In our youth, we felt as though we could conquer the world. We teamed up with a lovely counterpart with which we would together taste every drop of living this life had to offer. We were optimistic and nothing could stand in our way. We were sealed together in the bond of marriage, made promises and meant every word of the vows exchanged. Together we were the center of the universe.
We made plans – good ones – the kind you would be satisfying to fulfill and leave a better future for those who would carry on. Then life happens. Things didn’t turn out the way we planned.
We muster up as much positivity and fortitude as possible and summate that we have another go left in us. Pulling ourselves up by our bootstraps, we run headlong into another marathon.
Only to see that life (very much) is happening again… and our plans? Well, you know… they didn’t exactly turn out like we thought they would, even with the best intentions, a higher degree of thought and preparation than in our unbridled youth.
We don’t blame you for asking, “How much more of this can I possibly take?” feeling broken, with infrequent thoughts of maybe the world would be better off without you, or that death might be the only way to stop the pain of disappointment, disillusionment and growing depression.
If you’re like many folks in their fifties with a fear of getting old, thinking that you have nothing left in you to give, consider asking yourself
What is God preparing me for?
What gift am I more qualified to give now?
It is likely that this life of adversity has keenly prepared you, from your most unique perspective, to share something powerful and meaningful for others. You would not have been as qualified – or credible – as an authoritative source had you not gone through those experiences or arrived at such conclusions at this seasoned age (which could be 50 years old, plus 20 or minus 10 or so).
Then some second-guessing begins to set-in to thwart your contribution to the world as you think that you’re not qualified or that fifty’s too old to start over again. Whatever your age when this occurs to you – you could be anywhere from 40 years old or 50 years old to 60 years old, 70 years old or more – let it be known that you are perfectly prepared at this time to achieve your highest and best.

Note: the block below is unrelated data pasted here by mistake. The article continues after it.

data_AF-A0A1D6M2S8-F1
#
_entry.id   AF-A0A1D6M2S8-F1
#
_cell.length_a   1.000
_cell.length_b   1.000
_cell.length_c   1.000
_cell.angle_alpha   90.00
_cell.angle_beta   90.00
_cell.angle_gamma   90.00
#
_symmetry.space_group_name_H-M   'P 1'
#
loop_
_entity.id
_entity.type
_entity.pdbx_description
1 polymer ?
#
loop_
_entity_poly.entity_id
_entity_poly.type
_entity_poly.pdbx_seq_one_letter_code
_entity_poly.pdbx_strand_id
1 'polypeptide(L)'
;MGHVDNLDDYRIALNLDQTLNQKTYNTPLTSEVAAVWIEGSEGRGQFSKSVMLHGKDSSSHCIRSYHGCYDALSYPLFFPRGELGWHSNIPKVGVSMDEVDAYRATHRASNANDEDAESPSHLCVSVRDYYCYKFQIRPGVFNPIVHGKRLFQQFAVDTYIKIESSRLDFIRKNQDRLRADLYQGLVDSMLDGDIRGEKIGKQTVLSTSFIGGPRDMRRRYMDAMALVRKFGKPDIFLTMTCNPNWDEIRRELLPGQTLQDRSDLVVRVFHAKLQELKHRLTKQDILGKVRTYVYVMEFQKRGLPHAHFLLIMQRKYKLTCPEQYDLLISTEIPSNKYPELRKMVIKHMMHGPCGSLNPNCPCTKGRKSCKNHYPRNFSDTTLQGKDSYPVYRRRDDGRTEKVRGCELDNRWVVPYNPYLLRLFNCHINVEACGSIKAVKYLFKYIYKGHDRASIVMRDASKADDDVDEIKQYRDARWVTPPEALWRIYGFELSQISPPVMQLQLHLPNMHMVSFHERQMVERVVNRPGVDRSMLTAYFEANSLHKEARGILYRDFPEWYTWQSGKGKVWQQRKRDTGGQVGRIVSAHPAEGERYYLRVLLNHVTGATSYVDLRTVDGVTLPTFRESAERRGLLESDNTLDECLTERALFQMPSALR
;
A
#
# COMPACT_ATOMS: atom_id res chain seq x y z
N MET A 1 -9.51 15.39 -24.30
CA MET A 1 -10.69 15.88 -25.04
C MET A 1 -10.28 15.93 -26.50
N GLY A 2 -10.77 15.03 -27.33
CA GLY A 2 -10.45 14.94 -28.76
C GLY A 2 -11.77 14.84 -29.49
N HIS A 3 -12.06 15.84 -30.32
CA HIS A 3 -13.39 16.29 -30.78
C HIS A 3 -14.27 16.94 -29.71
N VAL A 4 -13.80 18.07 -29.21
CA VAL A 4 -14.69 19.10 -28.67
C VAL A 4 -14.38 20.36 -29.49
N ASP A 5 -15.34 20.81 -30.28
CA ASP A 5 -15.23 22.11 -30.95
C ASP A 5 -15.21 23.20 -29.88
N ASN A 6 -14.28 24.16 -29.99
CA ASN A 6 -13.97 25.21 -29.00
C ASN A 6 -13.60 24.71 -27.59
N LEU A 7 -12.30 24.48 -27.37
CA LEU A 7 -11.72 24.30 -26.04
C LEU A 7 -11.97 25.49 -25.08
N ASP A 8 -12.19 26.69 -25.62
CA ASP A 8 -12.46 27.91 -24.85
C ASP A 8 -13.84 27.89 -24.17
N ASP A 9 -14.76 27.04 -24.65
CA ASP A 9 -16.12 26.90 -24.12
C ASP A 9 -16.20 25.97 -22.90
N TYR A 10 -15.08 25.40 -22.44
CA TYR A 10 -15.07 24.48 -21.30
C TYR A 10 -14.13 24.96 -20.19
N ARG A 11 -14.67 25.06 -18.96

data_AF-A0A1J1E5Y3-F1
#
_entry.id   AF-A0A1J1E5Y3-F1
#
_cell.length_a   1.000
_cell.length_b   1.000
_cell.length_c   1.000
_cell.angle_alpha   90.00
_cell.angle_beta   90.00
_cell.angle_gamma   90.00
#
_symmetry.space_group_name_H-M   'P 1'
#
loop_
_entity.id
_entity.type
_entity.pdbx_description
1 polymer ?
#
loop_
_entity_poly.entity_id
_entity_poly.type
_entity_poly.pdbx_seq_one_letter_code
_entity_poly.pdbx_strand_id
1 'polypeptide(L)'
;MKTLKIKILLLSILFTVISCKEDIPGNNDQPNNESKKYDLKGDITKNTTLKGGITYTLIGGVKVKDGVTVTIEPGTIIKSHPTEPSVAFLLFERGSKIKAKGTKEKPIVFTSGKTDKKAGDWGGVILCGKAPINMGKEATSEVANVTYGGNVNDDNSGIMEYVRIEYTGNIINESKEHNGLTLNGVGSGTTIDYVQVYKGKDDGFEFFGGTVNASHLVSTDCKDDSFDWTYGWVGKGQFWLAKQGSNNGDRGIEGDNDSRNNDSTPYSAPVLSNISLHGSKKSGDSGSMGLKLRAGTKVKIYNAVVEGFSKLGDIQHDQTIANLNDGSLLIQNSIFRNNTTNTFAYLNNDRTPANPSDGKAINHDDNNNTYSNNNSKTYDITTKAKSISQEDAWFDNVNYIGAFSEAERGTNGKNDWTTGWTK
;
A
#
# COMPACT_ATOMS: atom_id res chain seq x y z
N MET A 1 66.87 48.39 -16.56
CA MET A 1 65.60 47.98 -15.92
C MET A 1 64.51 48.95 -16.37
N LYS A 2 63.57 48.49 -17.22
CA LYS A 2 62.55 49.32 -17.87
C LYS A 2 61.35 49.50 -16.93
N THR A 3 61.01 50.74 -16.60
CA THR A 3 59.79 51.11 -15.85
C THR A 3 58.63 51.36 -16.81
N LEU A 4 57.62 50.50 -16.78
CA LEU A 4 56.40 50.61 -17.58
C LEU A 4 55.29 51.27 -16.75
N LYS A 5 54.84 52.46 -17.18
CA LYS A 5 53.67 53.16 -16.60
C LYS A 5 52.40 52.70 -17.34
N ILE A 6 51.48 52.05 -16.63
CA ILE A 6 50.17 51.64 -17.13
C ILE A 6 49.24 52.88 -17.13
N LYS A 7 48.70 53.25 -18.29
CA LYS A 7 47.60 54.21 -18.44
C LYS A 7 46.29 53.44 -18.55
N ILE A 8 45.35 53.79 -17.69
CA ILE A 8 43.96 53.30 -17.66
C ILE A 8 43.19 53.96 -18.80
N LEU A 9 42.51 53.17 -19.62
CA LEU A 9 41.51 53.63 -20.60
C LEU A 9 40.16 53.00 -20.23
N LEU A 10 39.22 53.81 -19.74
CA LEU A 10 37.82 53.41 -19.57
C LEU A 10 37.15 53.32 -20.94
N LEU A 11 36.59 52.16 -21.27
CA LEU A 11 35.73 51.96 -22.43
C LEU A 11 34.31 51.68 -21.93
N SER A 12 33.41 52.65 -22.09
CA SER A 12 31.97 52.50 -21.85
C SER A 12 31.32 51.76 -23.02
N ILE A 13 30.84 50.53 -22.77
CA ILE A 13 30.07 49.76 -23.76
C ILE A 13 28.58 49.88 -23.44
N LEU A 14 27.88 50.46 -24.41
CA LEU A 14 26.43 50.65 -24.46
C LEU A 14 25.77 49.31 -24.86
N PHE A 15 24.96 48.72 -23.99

The Best is Yet to Come
Stop thinking that you’re too old or broken to succeed. At 45 years old, Henry Ford didn’t let his age keep him from creating the Ford Model T. Being 50 years old didn’t keep Julia Child from writing her first cookbook, Jack Cover from inventing the Taser gun or Charles Darwin from writing, “On the Origin of Species.” At 52 years of age, Ray Kroc (a former milkshake device salesman) launched McDonald’s, which became one of the largest fast-food franchises in history.
In their sixties, Harland (Colonel) Sanders (62) launched Kentucky Fried Chicken and Laura Ingalls Wilder (65) began writing semi-autobiographical stories as “Little House” books which became children’s literary classics, and the basis for Michael Landon’s “Little House on the Prairie” television series.
If you have an interest in the arts, it’s never too late to pick up a paintbrush, like Anna Mary Robertson (Grandma) Moses who started painting at age 78, or begin writing, which was a hobby of Harry Bernstein until he emerged as the prolific author of “The Invisible Wall: A Love Story That Broke Barriers” when he was 96 years old.
All that to say any self deprecation due to any idea of imposed (from within or without) ageism is complete rubbish. You’re better than you were before, and you’re never too old to rock and roll.
The time to take action is Now
“I’m goin for all that I can get
Kickin at the top ‘cause I’m too legit to quit.”
~ MC Hammer
You are too legit (now, more than ever) to quit.